Humankind is headed back to the Moon, and this time, interest is focused on the south-polar region. Here the interior of many craters and topographic depressions never see sunlight. These permanently shadowed regions (PSRs) are so cold (down to -415° F or -248° C!) that frozen volatiles, such as water, can be trapped for hundreds of millions of years. If large frozen water deposits exist within the PSRs, they are a valuable resource for cislunar space exploration.
Even with direct evidence of water ice and other volatiles in one permanently shadowed crater, Cabeus, and the variety of data available from the Lunar Reconnaissance Orbiter (LRO) peering into PSRs, there is still uncertainty about how much water is present, what other frozen resources exist, and the exact locations and depths of the frozen materials. However, identifying locations of water ice is only part of the puzzle: scientists and engineers must find relatively flat landing sites, have plenty of sunlight for power, and are in line-of-sight communication with Earth.
To help guide future orbital and landed missions searching for polar volatiles, the LROC science team looked at ten datasets from eight instruments and came up with a relative valuation of resource potential for larger PSRs. However, many PSRs are not easily accessible by a rover (in-situ exploration) and do not have ideal illumination and Earth communication.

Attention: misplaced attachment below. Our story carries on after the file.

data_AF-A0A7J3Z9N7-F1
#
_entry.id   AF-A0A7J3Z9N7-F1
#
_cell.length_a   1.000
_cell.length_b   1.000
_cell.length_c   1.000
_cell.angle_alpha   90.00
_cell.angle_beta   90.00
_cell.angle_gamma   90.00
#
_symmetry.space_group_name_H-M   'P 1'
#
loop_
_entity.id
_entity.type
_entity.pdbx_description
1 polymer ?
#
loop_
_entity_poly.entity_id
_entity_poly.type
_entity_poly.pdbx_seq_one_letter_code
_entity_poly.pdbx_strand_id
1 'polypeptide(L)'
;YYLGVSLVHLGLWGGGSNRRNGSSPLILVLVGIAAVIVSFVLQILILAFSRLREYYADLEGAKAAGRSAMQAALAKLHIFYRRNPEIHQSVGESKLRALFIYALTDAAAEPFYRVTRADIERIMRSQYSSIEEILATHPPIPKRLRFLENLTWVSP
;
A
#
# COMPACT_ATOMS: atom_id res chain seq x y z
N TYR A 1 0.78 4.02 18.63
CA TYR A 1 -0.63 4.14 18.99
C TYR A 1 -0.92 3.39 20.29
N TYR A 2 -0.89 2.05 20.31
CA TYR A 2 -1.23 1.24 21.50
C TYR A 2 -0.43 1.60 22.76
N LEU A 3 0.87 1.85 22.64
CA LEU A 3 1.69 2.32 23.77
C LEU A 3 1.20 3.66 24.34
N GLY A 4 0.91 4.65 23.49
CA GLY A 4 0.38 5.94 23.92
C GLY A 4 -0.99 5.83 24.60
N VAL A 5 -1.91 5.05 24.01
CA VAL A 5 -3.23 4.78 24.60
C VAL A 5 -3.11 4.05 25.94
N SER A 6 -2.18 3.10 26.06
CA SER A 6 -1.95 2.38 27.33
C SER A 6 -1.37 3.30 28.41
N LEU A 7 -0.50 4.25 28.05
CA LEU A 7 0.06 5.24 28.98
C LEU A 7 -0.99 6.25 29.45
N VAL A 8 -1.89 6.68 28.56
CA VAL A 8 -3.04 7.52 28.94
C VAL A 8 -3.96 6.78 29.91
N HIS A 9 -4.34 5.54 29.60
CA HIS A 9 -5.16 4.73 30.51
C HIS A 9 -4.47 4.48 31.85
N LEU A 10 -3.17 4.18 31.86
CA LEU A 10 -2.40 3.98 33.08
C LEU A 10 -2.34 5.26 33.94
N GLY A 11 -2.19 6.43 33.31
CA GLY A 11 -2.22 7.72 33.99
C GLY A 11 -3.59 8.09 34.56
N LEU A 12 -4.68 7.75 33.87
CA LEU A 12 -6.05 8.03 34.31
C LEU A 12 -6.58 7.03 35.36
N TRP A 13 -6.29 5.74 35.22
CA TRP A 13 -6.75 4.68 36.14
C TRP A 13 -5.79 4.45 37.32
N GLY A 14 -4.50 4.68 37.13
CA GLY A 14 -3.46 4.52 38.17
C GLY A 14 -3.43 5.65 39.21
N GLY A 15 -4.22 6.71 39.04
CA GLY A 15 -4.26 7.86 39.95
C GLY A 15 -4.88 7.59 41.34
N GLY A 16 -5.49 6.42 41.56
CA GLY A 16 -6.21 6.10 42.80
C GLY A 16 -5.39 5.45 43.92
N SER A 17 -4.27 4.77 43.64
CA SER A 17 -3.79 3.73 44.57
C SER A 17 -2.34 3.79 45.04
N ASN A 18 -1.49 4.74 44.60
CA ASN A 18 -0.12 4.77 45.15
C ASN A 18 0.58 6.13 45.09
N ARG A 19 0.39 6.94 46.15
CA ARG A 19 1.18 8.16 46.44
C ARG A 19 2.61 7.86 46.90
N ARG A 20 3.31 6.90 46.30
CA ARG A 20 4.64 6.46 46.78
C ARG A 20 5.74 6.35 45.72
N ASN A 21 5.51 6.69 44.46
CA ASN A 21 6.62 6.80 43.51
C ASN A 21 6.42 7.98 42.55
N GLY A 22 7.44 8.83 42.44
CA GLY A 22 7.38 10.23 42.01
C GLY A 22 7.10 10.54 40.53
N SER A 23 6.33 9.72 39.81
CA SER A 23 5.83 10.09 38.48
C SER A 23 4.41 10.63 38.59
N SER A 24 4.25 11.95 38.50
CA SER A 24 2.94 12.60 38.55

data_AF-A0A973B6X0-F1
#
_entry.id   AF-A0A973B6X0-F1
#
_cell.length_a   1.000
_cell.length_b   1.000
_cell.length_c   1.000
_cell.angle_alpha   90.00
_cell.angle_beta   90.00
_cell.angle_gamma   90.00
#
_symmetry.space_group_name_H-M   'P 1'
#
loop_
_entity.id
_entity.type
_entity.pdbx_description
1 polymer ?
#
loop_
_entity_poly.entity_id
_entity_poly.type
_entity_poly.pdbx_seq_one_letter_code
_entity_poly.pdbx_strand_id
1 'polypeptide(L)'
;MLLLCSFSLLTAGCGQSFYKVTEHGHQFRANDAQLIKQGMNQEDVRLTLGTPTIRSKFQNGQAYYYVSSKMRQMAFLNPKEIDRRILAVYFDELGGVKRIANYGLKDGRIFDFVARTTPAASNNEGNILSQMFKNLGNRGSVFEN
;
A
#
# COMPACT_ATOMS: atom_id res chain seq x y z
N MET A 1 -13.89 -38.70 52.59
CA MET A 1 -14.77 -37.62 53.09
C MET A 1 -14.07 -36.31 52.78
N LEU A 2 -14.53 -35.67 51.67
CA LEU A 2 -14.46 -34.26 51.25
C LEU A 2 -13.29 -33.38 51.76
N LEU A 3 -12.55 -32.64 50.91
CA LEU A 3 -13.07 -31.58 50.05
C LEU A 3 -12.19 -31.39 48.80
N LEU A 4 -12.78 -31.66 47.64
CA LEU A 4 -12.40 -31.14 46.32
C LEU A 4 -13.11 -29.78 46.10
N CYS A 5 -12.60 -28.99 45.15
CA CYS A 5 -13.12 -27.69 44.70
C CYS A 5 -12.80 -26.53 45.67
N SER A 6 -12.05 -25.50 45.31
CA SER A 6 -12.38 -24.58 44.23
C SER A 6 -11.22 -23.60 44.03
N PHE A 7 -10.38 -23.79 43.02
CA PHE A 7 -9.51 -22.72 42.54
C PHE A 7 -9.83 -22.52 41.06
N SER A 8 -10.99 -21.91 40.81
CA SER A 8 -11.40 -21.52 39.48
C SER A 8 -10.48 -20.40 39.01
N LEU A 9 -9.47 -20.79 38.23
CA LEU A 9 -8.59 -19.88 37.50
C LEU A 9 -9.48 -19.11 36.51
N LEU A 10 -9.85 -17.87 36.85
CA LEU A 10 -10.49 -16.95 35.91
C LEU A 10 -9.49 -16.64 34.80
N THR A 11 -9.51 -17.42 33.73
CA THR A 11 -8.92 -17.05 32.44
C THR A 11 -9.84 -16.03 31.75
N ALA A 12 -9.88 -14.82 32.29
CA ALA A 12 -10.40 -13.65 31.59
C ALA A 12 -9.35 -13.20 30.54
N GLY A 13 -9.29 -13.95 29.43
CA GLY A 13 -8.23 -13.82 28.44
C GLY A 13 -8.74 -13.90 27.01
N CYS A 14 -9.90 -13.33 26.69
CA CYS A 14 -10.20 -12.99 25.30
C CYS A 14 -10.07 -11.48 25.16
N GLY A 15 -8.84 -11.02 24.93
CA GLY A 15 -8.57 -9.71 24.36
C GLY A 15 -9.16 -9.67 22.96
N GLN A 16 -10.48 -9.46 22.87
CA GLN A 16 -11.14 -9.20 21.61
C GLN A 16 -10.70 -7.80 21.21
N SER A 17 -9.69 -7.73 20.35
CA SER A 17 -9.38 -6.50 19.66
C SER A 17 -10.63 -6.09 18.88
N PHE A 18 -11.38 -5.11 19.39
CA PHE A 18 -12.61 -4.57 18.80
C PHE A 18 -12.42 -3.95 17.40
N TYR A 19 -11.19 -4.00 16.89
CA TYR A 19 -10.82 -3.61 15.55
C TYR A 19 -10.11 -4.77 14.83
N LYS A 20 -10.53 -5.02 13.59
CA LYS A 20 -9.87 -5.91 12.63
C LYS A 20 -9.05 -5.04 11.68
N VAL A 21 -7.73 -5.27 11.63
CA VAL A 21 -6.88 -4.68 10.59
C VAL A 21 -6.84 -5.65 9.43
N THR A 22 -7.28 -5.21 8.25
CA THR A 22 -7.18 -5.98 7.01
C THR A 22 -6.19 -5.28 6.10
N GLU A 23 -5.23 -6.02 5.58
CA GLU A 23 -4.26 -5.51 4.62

PSRs with suitable exploration conditions for measurements of in-situ frozen materials were also identified by our study. However, choosing the best landing sites for future missions requires additional observations in PSRs to clarify where water ice is located - both on the surface and buried in the subsurface - and how much of it will be usable.
ShadowCam, which launched in August 2022, is now mapping PSRs at a scale of 2 meters. ShadowCam is 200 times more sensitive than the camera it is modeled after (the Lunar Reconnaissance Orbiter Camera (LROC) Narrow Angle Camera (NAC)).
This improved imaging of the surfaces inside PSRs will enable scientists to search for landforms that may indicate volatile deposits and map obstacles like boulders and craters, reducing travel risk for future landers and rovers. Comparing ShadowCam images of the surface with data from instruments that probe the subsurface will help us interpret water ice locations more precisely.
Read the LROC Team paper, Resource Potential of Lunar Permanently Shadowed Regions.
More about ideal polar exploration conditions:
Traversing the Shackleton de Gerlache Ridge
Islands in the Dark
On the Rim!
Lunar Exploration: Planning The Next Steps
South Pole Illumination Map
Five Years Later: Revisiting an Old Friend
LROC Educational Activities:
The Mystery of Lunar Water
Rovers and Mission Planning: New LROC Activity Guides!
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